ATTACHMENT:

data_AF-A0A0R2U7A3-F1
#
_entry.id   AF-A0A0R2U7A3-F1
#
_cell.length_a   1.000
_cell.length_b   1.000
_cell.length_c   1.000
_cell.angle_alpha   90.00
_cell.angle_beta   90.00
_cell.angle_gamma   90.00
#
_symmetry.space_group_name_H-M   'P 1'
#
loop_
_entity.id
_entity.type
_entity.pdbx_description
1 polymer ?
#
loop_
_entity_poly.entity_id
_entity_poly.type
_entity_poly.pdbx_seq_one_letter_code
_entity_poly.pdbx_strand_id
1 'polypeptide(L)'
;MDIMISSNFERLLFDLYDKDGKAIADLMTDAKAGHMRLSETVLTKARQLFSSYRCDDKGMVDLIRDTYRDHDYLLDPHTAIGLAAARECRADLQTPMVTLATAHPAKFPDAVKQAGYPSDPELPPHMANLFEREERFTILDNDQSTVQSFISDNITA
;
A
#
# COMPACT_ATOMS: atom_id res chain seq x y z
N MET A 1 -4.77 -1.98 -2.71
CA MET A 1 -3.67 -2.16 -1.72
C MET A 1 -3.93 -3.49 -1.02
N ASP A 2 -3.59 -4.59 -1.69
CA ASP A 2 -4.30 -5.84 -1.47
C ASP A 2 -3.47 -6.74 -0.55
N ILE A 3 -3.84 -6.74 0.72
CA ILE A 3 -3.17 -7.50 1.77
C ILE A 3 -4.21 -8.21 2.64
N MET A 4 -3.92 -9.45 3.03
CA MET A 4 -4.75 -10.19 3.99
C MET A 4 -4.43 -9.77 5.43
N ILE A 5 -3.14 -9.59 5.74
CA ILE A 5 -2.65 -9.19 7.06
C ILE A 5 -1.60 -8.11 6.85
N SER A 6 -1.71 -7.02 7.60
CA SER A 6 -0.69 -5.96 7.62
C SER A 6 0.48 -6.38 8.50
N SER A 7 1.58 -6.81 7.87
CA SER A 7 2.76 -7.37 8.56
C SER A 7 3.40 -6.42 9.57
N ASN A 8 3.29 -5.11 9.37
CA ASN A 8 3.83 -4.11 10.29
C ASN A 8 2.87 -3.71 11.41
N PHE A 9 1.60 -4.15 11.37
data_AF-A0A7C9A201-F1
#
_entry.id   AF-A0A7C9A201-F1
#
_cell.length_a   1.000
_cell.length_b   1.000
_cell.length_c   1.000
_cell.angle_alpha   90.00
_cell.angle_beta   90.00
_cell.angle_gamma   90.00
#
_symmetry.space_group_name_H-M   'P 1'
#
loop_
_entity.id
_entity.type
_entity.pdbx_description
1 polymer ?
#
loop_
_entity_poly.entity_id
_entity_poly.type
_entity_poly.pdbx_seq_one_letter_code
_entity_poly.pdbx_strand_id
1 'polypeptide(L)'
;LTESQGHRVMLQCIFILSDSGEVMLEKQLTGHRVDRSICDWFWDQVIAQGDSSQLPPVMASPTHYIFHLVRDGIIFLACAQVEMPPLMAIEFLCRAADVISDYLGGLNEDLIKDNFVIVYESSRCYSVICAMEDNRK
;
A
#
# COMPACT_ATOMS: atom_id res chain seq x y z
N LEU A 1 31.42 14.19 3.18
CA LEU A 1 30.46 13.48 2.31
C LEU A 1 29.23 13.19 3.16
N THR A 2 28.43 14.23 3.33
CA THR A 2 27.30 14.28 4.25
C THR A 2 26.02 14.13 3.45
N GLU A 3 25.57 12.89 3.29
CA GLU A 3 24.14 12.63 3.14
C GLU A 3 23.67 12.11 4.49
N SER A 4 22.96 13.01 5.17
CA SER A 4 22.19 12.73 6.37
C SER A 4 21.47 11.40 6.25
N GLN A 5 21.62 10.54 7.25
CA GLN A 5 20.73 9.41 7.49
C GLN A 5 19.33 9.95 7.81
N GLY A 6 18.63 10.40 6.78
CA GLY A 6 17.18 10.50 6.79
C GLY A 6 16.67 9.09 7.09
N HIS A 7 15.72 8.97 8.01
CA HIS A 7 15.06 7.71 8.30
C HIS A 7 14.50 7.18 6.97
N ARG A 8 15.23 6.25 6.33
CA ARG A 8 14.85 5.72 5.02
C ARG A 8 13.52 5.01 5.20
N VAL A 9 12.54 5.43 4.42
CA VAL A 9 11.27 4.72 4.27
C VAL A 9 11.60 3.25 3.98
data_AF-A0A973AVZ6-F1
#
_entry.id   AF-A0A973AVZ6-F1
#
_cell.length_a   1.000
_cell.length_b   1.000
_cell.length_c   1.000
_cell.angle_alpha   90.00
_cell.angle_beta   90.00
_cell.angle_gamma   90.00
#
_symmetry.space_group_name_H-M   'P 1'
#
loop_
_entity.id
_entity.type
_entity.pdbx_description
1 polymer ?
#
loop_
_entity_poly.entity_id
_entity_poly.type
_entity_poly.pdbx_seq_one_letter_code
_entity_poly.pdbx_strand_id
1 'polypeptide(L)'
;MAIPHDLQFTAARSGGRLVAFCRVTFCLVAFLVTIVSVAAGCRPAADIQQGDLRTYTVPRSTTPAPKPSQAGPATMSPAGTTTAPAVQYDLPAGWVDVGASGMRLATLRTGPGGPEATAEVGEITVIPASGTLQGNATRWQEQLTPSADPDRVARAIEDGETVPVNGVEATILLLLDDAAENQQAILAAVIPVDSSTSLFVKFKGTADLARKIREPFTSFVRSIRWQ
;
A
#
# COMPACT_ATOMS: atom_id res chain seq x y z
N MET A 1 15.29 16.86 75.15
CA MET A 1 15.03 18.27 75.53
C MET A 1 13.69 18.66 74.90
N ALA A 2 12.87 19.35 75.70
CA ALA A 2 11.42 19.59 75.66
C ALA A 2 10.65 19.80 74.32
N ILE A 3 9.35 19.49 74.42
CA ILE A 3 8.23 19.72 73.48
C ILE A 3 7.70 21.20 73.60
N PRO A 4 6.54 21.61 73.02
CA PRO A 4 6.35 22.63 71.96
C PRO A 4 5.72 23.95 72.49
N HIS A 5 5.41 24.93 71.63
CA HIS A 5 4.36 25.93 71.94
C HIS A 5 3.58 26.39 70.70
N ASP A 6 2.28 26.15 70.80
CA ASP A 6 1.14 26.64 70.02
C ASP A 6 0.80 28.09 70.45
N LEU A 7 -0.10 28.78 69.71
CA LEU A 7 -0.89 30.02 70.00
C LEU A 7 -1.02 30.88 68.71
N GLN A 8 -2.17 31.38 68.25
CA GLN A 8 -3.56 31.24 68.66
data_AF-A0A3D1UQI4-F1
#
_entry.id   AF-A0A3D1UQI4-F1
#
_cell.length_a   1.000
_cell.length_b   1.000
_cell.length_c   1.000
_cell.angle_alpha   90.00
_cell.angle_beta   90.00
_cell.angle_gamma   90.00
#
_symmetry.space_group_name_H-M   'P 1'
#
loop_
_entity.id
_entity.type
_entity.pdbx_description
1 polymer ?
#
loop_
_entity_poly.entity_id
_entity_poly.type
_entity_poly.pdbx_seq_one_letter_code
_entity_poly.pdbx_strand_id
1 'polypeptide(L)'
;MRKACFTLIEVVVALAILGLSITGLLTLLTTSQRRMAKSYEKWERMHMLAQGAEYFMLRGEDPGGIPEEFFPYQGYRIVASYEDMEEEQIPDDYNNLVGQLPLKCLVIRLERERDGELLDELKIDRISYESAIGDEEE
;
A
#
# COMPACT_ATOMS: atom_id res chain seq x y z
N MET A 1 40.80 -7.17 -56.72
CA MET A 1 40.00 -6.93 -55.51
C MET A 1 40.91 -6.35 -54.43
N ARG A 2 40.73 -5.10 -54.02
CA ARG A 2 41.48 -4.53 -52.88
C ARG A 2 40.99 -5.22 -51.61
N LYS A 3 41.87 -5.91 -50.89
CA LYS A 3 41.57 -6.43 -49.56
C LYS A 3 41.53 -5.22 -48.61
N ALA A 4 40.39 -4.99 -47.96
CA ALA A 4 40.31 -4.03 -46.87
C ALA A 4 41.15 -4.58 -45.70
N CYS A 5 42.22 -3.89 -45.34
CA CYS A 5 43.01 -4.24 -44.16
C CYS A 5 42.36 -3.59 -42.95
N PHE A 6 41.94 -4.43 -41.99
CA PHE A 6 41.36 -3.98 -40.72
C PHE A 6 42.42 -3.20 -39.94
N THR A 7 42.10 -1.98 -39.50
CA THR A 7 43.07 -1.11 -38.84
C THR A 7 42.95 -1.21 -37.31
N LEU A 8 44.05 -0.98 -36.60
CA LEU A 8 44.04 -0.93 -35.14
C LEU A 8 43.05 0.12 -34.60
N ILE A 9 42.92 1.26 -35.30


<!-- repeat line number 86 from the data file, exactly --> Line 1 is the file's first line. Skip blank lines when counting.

N LEU A 1 31.42 14.19 3.18